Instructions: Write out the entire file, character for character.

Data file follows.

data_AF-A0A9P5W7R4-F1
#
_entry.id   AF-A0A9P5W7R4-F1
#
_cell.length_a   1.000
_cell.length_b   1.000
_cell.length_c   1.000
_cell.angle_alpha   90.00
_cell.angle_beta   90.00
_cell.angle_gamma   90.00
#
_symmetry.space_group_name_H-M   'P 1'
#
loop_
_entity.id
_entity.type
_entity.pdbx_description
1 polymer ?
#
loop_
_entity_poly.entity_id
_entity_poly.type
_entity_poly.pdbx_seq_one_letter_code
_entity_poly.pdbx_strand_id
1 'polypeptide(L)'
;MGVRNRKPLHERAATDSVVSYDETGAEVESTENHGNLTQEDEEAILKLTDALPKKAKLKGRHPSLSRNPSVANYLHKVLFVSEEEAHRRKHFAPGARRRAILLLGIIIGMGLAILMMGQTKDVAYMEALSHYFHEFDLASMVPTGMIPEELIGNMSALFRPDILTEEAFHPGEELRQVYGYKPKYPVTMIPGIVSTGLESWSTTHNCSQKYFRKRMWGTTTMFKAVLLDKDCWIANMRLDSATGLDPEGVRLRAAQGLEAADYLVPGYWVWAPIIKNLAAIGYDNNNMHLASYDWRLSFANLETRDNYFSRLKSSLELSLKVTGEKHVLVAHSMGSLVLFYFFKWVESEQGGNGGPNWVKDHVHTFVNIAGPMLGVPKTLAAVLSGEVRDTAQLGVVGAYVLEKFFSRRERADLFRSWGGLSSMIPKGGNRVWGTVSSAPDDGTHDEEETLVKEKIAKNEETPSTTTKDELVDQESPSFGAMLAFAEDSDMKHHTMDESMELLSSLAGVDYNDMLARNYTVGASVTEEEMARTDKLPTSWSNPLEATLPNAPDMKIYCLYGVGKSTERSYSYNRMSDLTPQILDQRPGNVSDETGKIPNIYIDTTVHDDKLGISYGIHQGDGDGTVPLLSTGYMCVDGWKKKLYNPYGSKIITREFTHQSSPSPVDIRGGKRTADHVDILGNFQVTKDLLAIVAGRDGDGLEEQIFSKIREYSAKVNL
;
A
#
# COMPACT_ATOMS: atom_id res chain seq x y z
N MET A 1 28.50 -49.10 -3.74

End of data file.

data_AF-A0A9P5W7R4-F1
#
_entry.id   AF-A0A9P5W7R4-F1
#
_cell.length_a   1.000
_cell.length_b   1.000
_cell.length_c   1.000
_cell.angle_alpha   90.00
_cell.angle_beta   90.00
_cell.angle_gamma   90.00
#
_symmetry.space_group_name_H-M   'P 1'
#
loop_
_entity.id
_entity.type
_entity.pdbx_description
1 polymer ?
#
loop_
_entity_poly.entity_id
_entity_poly.type
_entity_poly.pdbx_seq_one_letter_code
_entity_poly.pdbx_strand_id
1 'polypeptide(L)'
;MGVRNRKPLHERAATDSVVSYDETGAEVESTENHGNLTQEDEEAILKLTDALPKKAKLKGRHPSLSRNPSVANYLHKVLFVSEEEAHRRKHFAPGARRRAILLLGIIIGMGLAILMMGQTKDVAYMEALSHYFHEFDLASMVPTGMIPEELIGNMSALFRPDILTEEAFHPGEELRQVYGYKPKYPVTMIPGIVSTGLESWSTTHNCSQKYFRKRMWGTTTMFKAVLLDKDCWIANMRLDSATGLDPEGVRLRAAQGLEAADYLVPGYWVWAPIIKNLAAIGYDNNNMHLASYDWRLSFANLETRDNYFSRLKSSLELSLKVTGEKHVLVAHSMGSLVLFYFFKWVESEQGGNGGPNWVKDHVHTFVNIAGPMLGVPKTLAAVLSGEVRDTAQLGVVGAYVLEKFFSRRERADLFRSWGGLSSMIPKGGNRVWGTVSSAPDDGTHDEEETLVKEKIAKNEETPSTTTKDELVDQESPSFGAMLAFAEDSDMKHHTMDESMELLSSLAGVDYNDMLARNYTVGASVTEEEMARTDKLPTSWSNPLEATLPNAPDMKIYCLYGVGKSTERSYSYNRMSDLTPQILDQRPGNVSDETGKIPNIYIDTTVHDDKLGISYGIHQGDGDGTVPLLSTGYMCVDGWKKKLYNPYGSKIITREFTHQSSPSPVDIRGGKRTADHVDILGNFQVTKDLLAIVAGRDGDGLEEQIFSKIREYSAKVNL
;
A
#
# COMPACT_ATOMS: atom_id res chain seq x y z
N MET A 1 28.50 -49.10 -3.74